Schadenfreude As an Instinct



A few years ago, I led various seminars about movie production in Tokyo and other cities of Japan. Those who attended my seminars have grown to be wonderful creators, and I’m really proud of them whenever I see their work. They’re not my students, but I am excited that many of them have won awards at international film festivals, and are working on foreign productions where they will play a major role in contributing to the development of Japanese movie culture.
Ideally people’s experiences and skills will give them the confidence to create their own work; however, along with the increase in supporters around them comes a backlash. By this, I mean people look down on others or talk about them negatively because their style is different from their own or that of their production team. This is not limited to creators; it happens also to those who are hired based on their skills.

Are you familiar with the word “schadenfreude?” In German, the word consists of Schaden, meaning “harm” and freude, meaning “joy,” so it means “other people’s misfortune tastes like honey,” and it’s also called “meshiuma” in Japanese Internet slang. You feel a sense of joy in improving your skills while negating someone else’s style, or exaggerating your own action/talk as if your way is better than others’ in order to get people’s attention.
According to Nobuko NAKANO, a brain scientist and expert in this field, schadenfreude is a part of human instinct. Naturally, humans are biologically weak, so we need to live together and work together for protection. Thus, we have evolved by excluding those who set themselves apart from the rest of the group. Schadenfreude is an important human instinct. We all have it, and it’s impossible to eliminate it no matter how we try. This is why the issue of bullying will not go away.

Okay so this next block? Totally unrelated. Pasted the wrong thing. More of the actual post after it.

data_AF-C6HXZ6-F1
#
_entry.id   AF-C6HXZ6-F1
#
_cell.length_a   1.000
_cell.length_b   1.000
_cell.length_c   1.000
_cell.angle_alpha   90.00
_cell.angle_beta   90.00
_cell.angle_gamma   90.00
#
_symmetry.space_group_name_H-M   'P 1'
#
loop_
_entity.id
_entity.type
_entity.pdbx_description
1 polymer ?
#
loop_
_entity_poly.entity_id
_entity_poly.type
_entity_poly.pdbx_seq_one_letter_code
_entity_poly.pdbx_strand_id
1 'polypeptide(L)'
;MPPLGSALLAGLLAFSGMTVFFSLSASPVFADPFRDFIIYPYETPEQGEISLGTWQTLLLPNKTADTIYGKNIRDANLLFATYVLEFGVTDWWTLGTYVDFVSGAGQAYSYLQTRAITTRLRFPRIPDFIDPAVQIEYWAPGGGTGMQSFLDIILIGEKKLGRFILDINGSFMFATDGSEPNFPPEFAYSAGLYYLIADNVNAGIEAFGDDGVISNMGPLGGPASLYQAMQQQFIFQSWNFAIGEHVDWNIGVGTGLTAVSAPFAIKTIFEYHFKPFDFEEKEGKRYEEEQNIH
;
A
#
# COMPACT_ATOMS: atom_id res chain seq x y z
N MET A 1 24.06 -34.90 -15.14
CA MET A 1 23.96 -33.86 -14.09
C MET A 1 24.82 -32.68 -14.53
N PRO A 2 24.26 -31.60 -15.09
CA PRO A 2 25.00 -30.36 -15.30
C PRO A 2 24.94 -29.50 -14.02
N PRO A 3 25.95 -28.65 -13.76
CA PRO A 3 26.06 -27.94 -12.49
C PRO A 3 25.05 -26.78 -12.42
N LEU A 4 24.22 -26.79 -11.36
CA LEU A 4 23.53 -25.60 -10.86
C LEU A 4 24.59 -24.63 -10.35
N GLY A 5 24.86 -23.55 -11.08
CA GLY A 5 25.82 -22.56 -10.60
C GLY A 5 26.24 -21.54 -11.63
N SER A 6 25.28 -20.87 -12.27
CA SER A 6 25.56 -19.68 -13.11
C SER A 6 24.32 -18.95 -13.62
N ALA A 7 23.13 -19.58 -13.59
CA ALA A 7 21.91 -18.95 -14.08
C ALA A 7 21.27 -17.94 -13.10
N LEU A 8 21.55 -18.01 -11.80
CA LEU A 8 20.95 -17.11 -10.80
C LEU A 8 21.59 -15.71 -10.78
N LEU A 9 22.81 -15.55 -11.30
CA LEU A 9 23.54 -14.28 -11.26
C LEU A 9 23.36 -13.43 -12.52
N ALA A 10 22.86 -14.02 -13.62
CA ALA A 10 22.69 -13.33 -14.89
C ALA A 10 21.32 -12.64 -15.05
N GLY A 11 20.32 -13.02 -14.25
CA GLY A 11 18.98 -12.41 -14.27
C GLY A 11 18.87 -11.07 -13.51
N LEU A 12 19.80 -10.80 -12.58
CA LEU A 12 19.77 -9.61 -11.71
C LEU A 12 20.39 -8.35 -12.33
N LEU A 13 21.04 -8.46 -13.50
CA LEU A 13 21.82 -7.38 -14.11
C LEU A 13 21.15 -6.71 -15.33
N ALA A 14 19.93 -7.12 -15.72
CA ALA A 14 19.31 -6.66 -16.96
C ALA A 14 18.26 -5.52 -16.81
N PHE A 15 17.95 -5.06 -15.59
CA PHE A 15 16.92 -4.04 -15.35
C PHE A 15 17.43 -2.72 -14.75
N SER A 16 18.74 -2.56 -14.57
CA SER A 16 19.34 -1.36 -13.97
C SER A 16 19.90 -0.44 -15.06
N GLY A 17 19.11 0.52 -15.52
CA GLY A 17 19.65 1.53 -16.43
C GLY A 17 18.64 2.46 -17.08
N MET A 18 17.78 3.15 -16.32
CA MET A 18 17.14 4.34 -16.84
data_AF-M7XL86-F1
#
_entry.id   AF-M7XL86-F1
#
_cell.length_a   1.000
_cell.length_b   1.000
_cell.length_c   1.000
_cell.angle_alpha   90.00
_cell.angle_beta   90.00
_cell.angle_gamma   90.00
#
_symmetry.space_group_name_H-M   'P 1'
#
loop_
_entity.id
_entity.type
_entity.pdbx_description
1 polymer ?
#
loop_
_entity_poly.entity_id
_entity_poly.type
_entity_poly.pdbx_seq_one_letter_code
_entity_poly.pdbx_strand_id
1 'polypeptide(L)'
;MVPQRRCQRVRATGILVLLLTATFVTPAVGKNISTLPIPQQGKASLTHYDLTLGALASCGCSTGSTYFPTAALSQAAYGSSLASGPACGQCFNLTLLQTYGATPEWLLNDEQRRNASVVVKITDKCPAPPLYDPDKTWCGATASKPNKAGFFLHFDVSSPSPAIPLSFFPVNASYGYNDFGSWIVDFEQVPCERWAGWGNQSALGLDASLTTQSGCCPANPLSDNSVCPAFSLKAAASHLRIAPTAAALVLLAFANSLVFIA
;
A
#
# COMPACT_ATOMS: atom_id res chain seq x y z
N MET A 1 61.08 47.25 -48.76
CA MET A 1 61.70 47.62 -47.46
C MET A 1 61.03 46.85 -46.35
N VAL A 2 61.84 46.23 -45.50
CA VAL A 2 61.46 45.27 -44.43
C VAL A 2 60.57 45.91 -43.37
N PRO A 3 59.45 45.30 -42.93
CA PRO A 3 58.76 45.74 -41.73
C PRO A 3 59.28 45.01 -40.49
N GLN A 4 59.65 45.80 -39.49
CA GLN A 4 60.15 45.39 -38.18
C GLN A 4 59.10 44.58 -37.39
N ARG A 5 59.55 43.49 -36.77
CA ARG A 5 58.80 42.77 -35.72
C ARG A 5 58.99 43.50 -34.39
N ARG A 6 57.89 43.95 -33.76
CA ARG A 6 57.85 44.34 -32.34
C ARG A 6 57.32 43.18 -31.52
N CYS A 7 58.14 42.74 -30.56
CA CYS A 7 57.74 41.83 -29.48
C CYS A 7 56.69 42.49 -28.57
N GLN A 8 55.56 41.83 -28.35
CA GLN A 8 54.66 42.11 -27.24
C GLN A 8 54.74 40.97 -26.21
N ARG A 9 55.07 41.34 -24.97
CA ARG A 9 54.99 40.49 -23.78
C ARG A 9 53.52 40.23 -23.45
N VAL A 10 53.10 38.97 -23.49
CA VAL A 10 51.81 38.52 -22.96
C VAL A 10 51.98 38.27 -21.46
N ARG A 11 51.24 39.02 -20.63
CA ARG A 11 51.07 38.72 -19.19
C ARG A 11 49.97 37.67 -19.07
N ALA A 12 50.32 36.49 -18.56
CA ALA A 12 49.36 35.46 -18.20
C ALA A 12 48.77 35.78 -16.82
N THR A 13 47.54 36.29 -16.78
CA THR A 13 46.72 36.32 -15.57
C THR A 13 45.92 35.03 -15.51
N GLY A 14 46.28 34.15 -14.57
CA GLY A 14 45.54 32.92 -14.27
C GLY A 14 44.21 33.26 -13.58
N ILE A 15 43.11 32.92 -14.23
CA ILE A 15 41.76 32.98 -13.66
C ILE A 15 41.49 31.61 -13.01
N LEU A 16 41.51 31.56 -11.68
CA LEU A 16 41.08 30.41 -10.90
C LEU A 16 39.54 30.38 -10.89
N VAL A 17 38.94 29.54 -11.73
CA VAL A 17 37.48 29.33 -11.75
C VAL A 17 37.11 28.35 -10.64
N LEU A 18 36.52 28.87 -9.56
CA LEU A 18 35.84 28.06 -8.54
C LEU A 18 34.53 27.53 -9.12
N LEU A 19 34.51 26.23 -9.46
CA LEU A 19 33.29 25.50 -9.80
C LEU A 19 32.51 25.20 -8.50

As a journalist, of course, schadenfreude is part of me. Thus, when I’m faced with something that’s not my style, sometimes I want to crush it, and I want to exaggerate the idea that “I am right” to those around me. When I think things over rationally, it doesn’t reflect well on me, and there was a time when I was filled with self-hatred. But now, I understand it’s human instinct, so I’m not always negative about schadenfreude.
I have my own rule about this. When I don’t agree with someone else’s opinion, I suggest an alternative plan/solution and explain things practically and rationally (except for when I’m drunk [laughs]). In fact, all the creators I respect have the same style.
It’s easy to contradict another person’s methodology; however, it can’t be considered “creative” unless you have an alternative idea that goes above and beyond – and it has to work. Even though a situation might appear difficult and impossible, a person who can come up with a solution based on his/her knowledge, ability and confidence is a true creator. This is what it means to “develop a skill.”